Bushy / tie-dyed / cut-offs. Crazy! (From the I-think-I-would-go-bonkers-if-everybody-looked-the-same department. I love my neighbourhood (the West End) for being a really accepting, "anything goes" kind of place.)

Sometimes you have to lean into it.

Yes, he's on a bike, but that's somewhat alternative for the police, a typically car-centric (or originally horse-centric?) group.

The gang's all here.
Photography, hockey, and an extra from a science fiction action movie.

Sometimes you just have to go back to your roots ... and walk.

Monday, July 26, 2010

on floor-length skirts

Mini historical reminder: From the 1800s (when the bicycle was invented) into the early 1900s, women wore nothing but long skirts on bicycles.

Nowadays, thanks to the valiant efforts of many women over the past century, we have significantly more options. (Is this a good time to say that I am eternally grateful with every fibre of my being to all the women who made this happen? Because it's really, really important to me. I like being a person, thanks.)

Perhaps it's because of all these other options that you don't often see long skirts on bicycles anymore. Or maybe because you tend to see floor-length skirts in only one of three categories: (1) boho-style hippy ladies who don't really care much about fashion, (2) formal gowns, and (3) summer maxidresses.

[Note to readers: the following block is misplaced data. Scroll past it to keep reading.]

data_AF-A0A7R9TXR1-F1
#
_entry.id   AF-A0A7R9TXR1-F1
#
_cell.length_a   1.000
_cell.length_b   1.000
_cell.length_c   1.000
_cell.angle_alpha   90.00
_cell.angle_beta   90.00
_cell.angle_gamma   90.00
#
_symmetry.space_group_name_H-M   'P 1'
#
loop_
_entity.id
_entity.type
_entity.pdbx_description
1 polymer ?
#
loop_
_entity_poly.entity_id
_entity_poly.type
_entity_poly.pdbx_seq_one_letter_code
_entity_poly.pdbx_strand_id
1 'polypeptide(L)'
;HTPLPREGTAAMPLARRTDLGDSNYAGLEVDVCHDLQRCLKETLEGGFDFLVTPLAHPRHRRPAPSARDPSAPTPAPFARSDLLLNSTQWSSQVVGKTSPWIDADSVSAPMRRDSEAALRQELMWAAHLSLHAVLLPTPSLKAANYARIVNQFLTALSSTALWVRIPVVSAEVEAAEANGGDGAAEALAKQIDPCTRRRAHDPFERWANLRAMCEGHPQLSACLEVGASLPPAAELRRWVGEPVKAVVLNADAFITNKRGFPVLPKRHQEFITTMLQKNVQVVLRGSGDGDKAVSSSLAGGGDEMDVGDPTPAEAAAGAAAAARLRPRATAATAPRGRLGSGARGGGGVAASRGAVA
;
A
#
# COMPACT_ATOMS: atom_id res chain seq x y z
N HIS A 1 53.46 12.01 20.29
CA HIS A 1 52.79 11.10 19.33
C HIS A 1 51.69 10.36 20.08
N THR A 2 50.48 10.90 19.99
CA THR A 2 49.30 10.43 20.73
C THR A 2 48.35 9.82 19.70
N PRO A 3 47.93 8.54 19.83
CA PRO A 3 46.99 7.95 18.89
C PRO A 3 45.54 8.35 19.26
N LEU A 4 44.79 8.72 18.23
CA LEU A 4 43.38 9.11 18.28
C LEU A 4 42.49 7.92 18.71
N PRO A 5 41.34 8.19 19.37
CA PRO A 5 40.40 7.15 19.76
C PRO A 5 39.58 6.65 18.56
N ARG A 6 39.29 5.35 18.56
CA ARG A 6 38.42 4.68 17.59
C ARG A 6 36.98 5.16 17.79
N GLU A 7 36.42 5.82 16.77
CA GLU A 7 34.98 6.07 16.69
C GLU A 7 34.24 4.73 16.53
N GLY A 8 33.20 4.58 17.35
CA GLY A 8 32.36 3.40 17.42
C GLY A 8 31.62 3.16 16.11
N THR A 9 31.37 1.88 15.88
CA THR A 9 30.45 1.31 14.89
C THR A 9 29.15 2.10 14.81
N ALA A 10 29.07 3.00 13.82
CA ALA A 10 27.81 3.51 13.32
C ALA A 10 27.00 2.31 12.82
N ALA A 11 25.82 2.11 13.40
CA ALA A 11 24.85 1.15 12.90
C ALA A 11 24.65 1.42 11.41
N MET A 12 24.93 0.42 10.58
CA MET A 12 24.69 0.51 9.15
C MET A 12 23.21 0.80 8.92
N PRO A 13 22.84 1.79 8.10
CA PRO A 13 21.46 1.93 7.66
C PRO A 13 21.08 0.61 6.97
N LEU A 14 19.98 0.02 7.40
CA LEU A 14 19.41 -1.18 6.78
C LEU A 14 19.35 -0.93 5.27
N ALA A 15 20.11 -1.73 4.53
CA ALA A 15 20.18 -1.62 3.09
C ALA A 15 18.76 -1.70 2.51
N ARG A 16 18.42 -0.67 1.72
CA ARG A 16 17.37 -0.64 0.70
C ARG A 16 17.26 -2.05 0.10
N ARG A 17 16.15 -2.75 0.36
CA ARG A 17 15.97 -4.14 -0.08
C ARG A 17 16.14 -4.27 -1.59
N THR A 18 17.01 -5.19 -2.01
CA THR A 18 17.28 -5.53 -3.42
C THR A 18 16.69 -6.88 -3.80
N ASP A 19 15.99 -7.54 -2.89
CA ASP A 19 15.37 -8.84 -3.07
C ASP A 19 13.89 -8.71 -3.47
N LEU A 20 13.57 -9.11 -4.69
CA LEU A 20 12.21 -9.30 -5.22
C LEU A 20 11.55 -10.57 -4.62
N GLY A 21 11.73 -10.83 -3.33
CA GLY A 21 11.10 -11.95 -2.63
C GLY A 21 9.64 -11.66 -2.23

Number 3 -- maxidresses -- is what led me to this post. My skin is extremely fair (and if you ever use the word 'pasty' in front of me you will risk a punch in the nose as I like it this way and put considerable effort into maintaining it) so more coverage means less surface area to slather with sunscreen. Although I'm known to wear full-length pants even on the warmest days of summer, this year I'm experimenting with maxidresses (or, um, 'a' maxidress) as a seasonal alternative.

I don't think I need to remind anybody that my bike is not a step-through (#@$%!) and has no skirtguard. (Skirtguards aren't even standard on all of the old-school European bicycles and still seems to be considered somewhat quaint.) Supposedly a skirtgaurd would keep long skirts or coats out of the back wheel/brakes, so their itself existence did cause me to stop and think about how I would avoid such a scenario. And how I would pedal at all without getting tangled up.


Solution: bunch up the fabric above my knee and fasten with a hair elastic.

Despite that fact that the highest point of leg I'm showing is still far beneath the bottom of most summer shorts, somehow it still felt as if I was "showing some skin". Weird pyschological effect: rational brain overrided by illusion of long slit in dress.

Verict: worked like a charm! It stayed put while riding, I undid-redid it in seconds when I got where I was going, and the dark fabric didn't wrinkle much.

Coincidentally, TorontoVerve just posted a bike+maxidress photo yesterday.